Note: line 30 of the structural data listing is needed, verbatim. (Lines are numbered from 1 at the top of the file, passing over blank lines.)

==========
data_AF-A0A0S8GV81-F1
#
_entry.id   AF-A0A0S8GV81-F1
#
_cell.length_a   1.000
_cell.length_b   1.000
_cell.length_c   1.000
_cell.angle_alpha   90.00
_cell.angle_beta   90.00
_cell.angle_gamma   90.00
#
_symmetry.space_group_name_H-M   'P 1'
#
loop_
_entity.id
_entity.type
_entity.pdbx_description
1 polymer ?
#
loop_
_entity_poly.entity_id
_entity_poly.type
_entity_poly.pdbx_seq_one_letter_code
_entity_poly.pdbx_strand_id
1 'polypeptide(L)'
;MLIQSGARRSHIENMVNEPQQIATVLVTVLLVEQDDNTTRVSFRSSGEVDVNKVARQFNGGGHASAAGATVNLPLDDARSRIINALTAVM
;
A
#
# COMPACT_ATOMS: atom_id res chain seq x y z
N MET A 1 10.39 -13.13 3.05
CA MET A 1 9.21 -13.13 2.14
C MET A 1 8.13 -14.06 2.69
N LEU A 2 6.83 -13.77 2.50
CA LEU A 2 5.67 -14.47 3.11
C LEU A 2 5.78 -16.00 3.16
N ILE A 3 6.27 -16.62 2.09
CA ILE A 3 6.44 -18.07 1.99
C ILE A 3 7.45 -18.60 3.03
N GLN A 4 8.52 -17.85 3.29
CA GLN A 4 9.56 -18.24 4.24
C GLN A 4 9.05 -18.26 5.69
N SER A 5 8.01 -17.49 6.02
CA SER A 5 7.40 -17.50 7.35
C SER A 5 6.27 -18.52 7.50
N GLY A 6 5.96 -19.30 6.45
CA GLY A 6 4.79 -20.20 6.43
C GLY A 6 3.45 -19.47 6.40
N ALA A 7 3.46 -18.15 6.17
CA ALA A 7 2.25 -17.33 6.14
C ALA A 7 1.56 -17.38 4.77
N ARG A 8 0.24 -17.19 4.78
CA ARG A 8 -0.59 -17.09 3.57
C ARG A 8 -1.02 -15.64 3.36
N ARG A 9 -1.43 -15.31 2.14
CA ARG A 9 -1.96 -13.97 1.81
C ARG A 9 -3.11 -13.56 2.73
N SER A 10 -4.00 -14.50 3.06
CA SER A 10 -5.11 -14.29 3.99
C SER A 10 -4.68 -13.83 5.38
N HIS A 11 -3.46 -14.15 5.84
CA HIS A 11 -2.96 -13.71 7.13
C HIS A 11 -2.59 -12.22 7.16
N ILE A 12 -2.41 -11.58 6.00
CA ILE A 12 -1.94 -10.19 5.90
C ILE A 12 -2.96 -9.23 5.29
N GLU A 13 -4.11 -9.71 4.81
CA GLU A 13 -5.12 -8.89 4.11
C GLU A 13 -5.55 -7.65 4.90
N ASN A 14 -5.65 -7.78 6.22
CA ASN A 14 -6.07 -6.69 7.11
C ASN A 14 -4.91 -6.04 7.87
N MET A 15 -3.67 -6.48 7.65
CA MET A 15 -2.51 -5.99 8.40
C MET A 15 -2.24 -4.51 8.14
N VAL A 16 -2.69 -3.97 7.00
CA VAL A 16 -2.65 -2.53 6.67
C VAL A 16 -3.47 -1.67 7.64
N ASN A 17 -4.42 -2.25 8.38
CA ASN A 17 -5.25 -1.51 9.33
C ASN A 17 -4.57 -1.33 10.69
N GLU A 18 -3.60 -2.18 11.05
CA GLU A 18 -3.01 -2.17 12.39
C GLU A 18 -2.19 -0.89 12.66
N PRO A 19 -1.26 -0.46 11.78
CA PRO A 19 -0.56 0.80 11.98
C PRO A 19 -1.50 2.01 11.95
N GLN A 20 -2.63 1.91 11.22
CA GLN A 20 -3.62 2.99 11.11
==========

# COMPACT_ATOMS: atom_id res chain seq x y z